Solution providers expect sales of business-continuity services to soar following the largest power outage in modern history, one that affected over 50 million people and countless businesses in almost a dozen North American states.
"I walk into law firms, and they haven't got a good backup. There is no backup strategy or plan," said Mark Stellini, CEO of InfoSystems, a Wilmington, Del.-based solution provider, who said he expects last week's outage will increase awareness and drive sales of backup and disaster-recovery solutions. "It's amazing, and it happens a lot."
John Olynick, CEO of Basis, a $25 million solution provider in San Francisco, expects his business-continuance/disaster-recovery business to double over the next year. He estimates that only about 10 percent of his clients have a business-continuity strategy.
Charles Kokoska, president of Computer Specialists, a Whitesboro, N.Y.-based solution provider, deployed all of his 22 technicians and engineers to help customers Thursday afternoon and well into Friday morning. Many problems occurred because his customers hadn't invested in enough UPS systems, have overloaded the ones they do have, haven't upgraded them or have refused to replace the batteries.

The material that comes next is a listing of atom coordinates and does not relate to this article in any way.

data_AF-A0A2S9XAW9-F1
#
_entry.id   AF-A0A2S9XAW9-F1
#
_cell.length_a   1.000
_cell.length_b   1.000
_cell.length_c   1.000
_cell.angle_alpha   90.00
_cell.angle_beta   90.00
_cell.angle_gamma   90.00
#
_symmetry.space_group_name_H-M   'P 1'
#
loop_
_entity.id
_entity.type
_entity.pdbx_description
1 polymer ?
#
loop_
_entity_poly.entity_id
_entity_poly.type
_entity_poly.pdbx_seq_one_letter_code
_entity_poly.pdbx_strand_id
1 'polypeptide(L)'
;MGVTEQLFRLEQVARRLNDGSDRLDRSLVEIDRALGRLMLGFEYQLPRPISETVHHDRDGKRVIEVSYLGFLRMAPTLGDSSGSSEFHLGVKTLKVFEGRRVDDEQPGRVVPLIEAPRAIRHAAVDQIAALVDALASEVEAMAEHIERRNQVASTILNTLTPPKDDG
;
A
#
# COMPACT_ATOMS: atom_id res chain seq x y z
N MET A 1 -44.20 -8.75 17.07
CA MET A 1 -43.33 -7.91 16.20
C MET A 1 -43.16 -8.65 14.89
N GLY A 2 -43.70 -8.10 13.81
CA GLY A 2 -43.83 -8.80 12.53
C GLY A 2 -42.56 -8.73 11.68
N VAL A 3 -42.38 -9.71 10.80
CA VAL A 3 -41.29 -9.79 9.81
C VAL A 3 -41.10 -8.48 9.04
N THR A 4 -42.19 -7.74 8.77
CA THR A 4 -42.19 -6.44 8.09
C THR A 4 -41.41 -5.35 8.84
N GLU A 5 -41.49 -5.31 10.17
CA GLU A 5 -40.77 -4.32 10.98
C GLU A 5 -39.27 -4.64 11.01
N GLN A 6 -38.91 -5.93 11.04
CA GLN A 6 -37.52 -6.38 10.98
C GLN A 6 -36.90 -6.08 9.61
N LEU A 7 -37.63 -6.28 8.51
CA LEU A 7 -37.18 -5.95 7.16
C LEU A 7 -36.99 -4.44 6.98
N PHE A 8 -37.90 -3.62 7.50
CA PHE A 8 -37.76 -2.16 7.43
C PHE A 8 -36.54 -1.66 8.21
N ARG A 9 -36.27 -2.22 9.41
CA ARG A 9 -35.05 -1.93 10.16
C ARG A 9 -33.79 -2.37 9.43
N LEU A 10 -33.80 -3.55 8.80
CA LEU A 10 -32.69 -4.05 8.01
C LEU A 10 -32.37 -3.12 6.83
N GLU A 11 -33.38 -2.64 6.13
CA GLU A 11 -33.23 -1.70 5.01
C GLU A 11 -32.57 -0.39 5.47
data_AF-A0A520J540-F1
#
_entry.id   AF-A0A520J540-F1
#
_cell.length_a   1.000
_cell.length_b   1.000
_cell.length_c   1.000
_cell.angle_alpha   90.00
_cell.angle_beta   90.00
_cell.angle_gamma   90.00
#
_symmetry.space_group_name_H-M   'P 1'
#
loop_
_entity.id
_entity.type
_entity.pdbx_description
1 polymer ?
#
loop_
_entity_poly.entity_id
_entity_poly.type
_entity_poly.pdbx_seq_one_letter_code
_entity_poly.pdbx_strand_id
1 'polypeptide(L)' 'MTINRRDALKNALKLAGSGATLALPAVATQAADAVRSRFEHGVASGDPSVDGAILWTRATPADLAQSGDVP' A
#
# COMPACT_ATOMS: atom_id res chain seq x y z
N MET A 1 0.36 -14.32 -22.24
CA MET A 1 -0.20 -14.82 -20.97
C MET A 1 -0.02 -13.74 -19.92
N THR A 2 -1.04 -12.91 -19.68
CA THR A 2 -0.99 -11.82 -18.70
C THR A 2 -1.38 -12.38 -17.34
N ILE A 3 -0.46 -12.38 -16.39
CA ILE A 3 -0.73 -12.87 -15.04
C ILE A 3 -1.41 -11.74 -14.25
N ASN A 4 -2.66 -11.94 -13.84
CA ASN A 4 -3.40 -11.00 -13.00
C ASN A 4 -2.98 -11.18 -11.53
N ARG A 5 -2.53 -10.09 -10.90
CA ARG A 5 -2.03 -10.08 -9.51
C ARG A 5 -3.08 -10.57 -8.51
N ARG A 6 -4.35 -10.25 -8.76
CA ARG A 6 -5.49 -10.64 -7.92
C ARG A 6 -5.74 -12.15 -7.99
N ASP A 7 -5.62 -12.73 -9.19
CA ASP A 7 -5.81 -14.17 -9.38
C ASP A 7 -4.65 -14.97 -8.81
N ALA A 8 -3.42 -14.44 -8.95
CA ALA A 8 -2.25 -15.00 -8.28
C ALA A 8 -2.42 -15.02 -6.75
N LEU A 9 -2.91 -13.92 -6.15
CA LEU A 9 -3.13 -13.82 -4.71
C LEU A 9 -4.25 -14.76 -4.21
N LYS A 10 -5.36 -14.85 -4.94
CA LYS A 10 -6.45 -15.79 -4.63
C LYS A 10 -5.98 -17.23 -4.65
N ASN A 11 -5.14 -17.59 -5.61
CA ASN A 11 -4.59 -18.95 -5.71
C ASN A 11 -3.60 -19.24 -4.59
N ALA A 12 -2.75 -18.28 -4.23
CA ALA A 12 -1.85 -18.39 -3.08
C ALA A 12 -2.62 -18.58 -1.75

As a result, databases and other systems shut down at different times during the outage, which corrupted files and database indexes or fried the power supplies of equipment that wasn't protected, Kokoska said.
Solution providers began including more backup and redundancy solutions in their service maintenance contracts following Sept. 11. Customers that invested in the services suffered few problems, solution providers said.
"After Sept. 11, our clients realized we weren't suggesting solutions without a purpose, and most of them last night were thankful they listened to us," said Evan Leonard, president of Chips Solutions, a Lake Success, N.Y.-based solution provider.
Dale Mesnick, director of operations at Smart Solutions, a solution provider in Canton, Ohio, expects the outage will force more customers to invest in service contracts that emphasize robust backup and recovery solutions.
"We anticipate this will be a great opportunity to sell more maintenance contracts," he said. "For now, the increase in billable hours and chargeable contracts will be dramatic. We'll have technicians working over the weekend to bring our customers back to where they should be."
CRN Staff contributed to this story.